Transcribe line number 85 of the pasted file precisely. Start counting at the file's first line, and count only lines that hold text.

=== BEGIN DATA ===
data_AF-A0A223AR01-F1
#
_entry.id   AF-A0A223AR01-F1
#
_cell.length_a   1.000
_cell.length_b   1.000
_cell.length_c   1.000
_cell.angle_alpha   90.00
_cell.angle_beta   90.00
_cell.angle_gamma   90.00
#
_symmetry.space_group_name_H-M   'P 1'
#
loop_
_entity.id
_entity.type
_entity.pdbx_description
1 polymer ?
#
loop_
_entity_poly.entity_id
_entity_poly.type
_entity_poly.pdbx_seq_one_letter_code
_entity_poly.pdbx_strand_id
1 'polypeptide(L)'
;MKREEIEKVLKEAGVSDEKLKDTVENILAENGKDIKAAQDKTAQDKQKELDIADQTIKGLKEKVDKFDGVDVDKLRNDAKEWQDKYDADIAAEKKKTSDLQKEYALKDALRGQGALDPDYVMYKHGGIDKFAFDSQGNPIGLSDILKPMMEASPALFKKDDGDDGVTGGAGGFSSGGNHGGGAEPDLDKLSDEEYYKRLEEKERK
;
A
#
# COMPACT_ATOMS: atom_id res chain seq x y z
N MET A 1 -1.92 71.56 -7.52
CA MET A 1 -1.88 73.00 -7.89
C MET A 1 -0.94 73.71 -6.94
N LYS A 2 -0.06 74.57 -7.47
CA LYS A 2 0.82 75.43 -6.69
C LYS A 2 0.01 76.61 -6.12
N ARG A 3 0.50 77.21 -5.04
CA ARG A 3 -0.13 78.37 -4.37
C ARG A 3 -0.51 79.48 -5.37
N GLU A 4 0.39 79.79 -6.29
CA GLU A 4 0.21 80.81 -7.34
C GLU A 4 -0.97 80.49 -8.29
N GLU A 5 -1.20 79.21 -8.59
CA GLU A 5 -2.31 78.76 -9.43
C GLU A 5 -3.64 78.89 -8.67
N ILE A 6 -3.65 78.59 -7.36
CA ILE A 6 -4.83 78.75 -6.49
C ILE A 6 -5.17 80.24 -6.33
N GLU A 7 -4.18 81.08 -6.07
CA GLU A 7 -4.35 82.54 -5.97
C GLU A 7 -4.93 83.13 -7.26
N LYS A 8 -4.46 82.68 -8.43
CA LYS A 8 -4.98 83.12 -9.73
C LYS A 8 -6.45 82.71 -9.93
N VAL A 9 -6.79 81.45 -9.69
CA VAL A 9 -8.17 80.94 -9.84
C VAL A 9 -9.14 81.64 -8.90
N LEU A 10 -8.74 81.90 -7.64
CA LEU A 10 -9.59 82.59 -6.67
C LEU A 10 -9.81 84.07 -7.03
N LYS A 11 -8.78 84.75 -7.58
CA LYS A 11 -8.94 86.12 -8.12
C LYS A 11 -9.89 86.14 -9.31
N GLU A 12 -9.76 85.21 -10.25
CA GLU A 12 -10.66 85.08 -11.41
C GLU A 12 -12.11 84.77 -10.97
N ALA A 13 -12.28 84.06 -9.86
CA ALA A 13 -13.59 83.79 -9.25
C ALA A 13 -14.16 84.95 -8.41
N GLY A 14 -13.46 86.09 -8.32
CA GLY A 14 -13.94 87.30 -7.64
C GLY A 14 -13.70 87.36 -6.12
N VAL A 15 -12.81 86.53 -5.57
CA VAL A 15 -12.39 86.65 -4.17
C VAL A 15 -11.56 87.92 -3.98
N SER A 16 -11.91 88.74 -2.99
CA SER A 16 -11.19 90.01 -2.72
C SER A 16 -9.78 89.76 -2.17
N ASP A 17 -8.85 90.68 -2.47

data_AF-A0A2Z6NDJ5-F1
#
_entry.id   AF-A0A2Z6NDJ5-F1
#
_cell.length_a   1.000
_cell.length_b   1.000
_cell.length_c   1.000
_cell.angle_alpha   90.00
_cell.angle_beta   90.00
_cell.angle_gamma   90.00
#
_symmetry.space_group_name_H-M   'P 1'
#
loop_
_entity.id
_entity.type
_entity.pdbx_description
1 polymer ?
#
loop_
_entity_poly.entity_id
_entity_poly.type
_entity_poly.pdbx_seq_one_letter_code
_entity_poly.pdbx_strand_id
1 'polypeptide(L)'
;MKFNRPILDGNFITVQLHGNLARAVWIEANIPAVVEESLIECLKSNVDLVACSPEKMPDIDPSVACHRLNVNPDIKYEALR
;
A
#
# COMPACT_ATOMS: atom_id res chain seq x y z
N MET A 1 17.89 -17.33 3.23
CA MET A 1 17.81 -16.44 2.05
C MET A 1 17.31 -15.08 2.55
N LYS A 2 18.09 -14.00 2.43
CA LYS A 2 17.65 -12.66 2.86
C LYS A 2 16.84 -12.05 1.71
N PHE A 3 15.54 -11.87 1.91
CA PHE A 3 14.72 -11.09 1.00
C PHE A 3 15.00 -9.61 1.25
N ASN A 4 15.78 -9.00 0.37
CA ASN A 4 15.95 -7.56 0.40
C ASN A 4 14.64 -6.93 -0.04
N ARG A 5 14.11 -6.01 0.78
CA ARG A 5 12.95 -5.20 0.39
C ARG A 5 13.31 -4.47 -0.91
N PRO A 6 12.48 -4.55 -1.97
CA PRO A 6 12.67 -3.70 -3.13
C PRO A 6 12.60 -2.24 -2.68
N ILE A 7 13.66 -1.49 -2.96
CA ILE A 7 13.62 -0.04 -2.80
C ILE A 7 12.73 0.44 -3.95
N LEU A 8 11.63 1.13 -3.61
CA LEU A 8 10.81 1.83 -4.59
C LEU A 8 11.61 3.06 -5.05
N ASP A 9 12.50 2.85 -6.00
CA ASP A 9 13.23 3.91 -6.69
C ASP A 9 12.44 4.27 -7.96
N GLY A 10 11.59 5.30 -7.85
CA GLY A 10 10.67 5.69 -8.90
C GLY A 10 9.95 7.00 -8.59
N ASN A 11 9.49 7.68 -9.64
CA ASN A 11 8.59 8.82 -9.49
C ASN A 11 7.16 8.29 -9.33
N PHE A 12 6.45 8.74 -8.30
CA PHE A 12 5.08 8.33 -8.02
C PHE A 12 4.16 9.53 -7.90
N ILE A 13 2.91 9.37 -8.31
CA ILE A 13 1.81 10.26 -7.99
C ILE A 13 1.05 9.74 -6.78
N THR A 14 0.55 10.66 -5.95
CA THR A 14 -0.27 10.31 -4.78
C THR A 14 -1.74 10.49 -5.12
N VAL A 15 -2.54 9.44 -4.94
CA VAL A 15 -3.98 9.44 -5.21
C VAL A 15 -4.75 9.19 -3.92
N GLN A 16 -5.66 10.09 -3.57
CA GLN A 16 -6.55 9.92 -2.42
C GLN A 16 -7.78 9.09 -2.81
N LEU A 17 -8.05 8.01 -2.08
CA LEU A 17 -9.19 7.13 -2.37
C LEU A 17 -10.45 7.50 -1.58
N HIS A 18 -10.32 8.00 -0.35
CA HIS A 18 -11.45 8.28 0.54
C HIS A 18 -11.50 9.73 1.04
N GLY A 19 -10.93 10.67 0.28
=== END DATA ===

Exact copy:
_cell.length_b   1.000